In a recent Journal of Eating Disorders editorial, Touyz and Hay (2022) argued for greater innovation in the field of eating disorders, calling for urgent paradigm shifts. Whilst many have benefited from existing evidenced-based therapeutics, research shows that up to 40% of individuals with anorexia nervosa (AN) will still be ill at 20 years.
AN maintains the highest mortality rate of all the mental disorders and is the leading cause of mental health related hospitalisations. Repeated hospitalisations and inpatient feeding are often the only life-saving intervention available when psychotherapy fails. The high mortality rate and costs of AN reflect a conspicuous lack of treatments, as there are no recognised or effective pharmacotherapies for AN. A variety of trials have reported notable therapeutic potential in a range of severe refractory psychiatric illnesses following 2-3 spaced exposures to psilocybin embedded within a carefully managed psychotherapeutic regime, so called psilocybin-assisted psychotherapy. Ambivalence, cognitive rigidity and amotivation are central to AN and are important predictors of treatment response and relapse prevention. These features prove extremely hard to impact with conventional therapies. Participants given psilocybin report lasting increases in open-mindedness and psychological/cognitive flexibility, readiness to try and engage in new activities, and improved ability to dismantle rigid and habitual mental templates in several psychiatric disorders that are often co-morbid with AN. Trialling psilocybin-assisted psychotherapy in AN is a logical next step and such trials are already underway in several countries including the USA, Canada, UK, and Australia. Brain circuitry dysregulation may prove to be the root cause of this devasting disorder. Neuroscience provides an almost perfect model upon the to explain why psilocybin-assisted psychotherapy may change the minds of those with persistent AN.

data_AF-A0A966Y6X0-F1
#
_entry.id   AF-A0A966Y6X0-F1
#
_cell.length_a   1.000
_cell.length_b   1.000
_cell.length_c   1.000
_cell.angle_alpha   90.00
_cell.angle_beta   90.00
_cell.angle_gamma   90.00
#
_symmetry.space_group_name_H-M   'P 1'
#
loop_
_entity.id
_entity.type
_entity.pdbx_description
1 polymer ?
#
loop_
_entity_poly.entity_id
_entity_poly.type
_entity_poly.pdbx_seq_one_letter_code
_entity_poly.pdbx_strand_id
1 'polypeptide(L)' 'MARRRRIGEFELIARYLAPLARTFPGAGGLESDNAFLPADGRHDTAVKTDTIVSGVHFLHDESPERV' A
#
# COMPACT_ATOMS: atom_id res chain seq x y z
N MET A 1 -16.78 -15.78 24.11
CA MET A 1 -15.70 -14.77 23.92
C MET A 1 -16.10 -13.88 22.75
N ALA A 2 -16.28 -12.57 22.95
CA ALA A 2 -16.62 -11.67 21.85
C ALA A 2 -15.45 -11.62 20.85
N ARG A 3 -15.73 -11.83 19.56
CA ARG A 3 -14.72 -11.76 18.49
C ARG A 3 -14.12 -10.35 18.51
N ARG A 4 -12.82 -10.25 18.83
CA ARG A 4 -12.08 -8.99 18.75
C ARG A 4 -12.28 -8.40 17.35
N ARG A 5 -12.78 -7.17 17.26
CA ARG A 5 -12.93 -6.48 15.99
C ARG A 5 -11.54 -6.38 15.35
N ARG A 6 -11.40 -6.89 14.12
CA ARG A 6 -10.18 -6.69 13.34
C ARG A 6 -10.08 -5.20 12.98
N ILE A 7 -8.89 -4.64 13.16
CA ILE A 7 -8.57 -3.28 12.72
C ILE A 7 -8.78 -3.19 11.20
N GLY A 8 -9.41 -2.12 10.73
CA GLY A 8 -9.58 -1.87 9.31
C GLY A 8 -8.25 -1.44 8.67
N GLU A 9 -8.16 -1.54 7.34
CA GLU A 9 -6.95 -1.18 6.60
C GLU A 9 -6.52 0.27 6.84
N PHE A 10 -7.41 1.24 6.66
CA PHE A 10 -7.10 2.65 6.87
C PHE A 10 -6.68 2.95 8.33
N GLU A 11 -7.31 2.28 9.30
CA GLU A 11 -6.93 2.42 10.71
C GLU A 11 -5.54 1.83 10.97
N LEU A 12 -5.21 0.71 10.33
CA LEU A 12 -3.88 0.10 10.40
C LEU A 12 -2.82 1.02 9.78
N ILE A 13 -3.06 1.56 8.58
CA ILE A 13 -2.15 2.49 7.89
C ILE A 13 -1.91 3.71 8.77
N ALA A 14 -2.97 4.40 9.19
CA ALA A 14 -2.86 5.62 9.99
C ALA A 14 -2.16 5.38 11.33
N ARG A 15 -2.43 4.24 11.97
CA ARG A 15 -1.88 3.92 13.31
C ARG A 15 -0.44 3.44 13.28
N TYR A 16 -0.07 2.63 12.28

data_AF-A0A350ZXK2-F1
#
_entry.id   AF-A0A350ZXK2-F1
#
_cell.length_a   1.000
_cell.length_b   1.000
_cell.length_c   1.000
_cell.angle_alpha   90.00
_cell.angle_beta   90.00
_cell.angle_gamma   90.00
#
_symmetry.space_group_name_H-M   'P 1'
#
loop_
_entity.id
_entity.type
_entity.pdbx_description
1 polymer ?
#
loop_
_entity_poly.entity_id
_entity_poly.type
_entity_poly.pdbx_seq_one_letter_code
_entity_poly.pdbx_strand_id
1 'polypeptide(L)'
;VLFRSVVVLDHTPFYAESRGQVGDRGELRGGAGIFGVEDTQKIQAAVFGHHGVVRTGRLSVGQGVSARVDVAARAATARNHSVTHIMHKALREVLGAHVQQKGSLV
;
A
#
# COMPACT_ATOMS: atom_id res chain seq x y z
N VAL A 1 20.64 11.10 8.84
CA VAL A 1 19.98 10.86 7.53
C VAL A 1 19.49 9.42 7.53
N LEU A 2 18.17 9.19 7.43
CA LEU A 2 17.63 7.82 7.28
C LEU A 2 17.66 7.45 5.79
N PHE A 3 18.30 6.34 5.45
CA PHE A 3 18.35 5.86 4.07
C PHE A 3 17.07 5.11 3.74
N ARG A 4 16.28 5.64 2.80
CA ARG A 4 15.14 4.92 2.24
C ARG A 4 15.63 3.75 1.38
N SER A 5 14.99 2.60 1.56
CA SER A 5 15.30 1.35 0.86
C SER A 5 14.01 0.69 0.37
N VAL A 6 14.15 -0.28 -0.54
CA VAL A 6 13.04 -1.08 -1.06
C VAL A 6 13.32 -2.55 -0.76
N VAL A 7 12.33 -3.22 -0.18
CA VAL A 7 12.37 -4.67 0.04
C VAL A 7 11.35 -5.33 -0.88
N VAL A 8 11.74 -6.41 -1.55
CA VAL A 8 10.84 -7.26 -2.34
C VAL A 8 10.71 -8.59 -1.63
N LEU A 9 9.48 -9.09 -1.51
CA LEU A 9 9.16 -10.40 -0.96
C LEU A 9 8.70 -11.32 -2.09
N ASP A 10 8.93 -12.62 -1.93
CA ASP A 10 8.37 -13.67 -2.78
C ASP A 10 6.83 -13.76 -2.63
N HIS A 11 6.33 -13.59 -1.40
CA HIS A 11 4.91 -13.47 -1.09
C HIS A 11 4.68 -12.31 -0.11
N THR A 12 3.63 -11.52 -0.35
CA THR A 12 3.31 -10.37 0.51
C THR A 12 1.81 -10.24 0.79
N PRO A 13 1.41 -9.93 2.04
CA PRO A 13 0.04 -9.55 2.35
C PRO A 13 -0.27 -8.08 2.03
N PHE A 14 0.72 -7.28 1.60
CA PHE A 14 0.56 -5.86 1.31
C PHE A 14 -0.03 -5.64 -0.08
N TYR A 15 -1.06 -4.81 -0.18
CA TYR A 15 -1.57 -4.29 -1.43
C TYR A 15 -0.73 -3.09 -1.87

This article Collection will be devoted to this new frontier in better understanding the potential role of psychedelics in the treatment of eating disorders.